Caitlyn Jenner’s Incredible ESPYs Speech Has a Lot to Teach Us About Privilege


Caitlin Jenner made a gracious and powerful appearance at the ESPYs last night to accept the Arthur Ashe courage award. Her speech was personally stirring, and informative about transgender issues — but perhaps she had the most to teach us about how power, platform, and privilege can be leveraged, even by non-activists, for a broader social justice cause.

After an obligatory crack about the difficulty of dressing for formal occasions as a woman (the heels, the makeup, the hair), Jenner almost immediately turned the spotlight to the plight of trans youth, stabbed in hate crimes or desperate enough for self-harm: “They’re getting bullied, they’re getting beaten up, they’re getting murdered and they’re committing suicide,” she said.

Just last month, the body of 17-year-old Mercedes Williamson, a transgendered young woman of color, was found in a field in Mississippi stabbed to death. I also want to tell you about Sam Taub, a 15-year-old transgendered young man from Bloomfield, Michigan. In early April, Sam took his own life…

It may have been uncomfortable for many in that audience of glamorous athletes and celebrities to hear these stories of raw violence, and to implicitly have their own potential discomfort with Jenner’s award connected to those stories. But Jenner was unflinching, explaining her sense of responsibility to these less-famous trans people. “If there’s one thing I do know about my life, it is the power of the spotlight. Sometimes it gets overwhelming, but with attention comes responsibility,” she said. “As a group, as athletes, how you conduct your lives, what you say, what you do, is absorbed and observed by millions of people, especially young people.”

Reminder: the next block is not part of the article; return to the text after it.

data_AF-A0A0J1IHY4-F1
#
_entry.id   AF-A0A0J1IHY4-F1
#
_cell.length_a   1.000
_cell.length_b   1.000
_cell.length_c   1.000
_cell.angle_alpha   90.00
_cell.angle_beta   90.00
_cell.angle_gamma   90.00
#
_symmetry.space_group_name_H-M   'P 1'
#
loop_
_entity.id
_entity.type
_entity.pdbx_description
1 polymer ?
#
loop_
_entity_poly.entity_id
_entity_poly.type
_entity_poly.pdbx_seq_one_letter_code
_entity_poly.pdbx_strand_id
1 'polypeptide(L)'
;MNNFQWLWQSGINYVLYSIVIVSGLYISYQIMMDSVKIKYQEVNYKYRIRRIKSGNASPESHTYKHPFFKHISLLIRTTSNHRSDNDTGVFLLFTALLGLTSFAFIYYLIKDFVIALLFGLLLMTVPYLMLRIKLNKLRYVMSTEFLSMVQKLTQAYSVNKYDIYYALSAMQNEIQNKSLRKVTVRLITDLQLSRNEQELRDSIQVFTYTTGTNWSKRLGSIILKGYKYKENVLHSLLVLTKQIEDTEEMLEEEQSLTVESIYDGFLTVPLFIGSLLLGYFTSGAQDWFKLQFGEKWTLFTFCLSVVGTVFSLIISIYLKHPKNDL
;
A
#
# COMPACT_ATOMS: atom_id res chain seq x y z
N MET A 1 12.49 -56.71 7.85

It was Jenner’s award, and she had a right to focus on herself and the journey that she noted was the hardest thing she’d ever been through, yet she spent almost no time expounding on her own story. In fact, almost the entire speech was focused on others — the youngest, most vulnerable victims, the transgender celebrities and athletes who had gone before her, and the family and friends, including Diane Sawyer, who had stood by her during a difficult time. As she said: “Tt’s not just one person, it’s about thousands of people. It’s not just about me, it’s about all of us accepting one another.” Of course, she has her reality show, her Vanity Fair profile, and more for the purpose of telling her personal tale. But it also seemed that she had very soberly considered the fact of her large platform, as well as the award’s meaning, and was eager to use it to embrace a larger group of people, in a moment free of the tabloid feel that critics who opposed her receiving this award speculated it might have.

This is guesswork, of course, but it seemed to an observer reading between the lines that Jenner’s transition has given her a crash course in privilege, in understanding that the problems she faces as an out trans woman are magnified for people who don’t have her good fortune — and her past as a glory-winning athlete. She all but said this towards the end of her ten-minute remarks:

You know, it is an honor to have the word ‘courage’ associated with my life. But tonight another word comes to mind, and that is fortunate. I owe a lot to sports. It has shown me the world, it has given me an identity. If someone wanted to bully me, well, you know what? I was the MVP of the football team. That wasn’t going to be a problem. And the same thing goes tonight. If you want to call me names, make jokes, doubt my intentions, go ahead, because the reality is, I can take it. But for the thousands of kids out there who are coming to terms with being true to who they are, they shouldn’t have to take it.

In showing a great deal of comfort speaking of her life as Bruce and her life as Caitlyn in tandem, while simultaneously moving the focus off herself, Jenner implicitly pushed back on critics who thought she didn’t deserve the award “simply for coming out.” She showed that in our age of celebrity, being a civil rights icon doesn’t necessarily need to be limited to being an activist. It can, indeed, consist of being heartfelt and comfortable with yourself in the glare of fame and attention — helping people feel that they know and understand someone else who is different.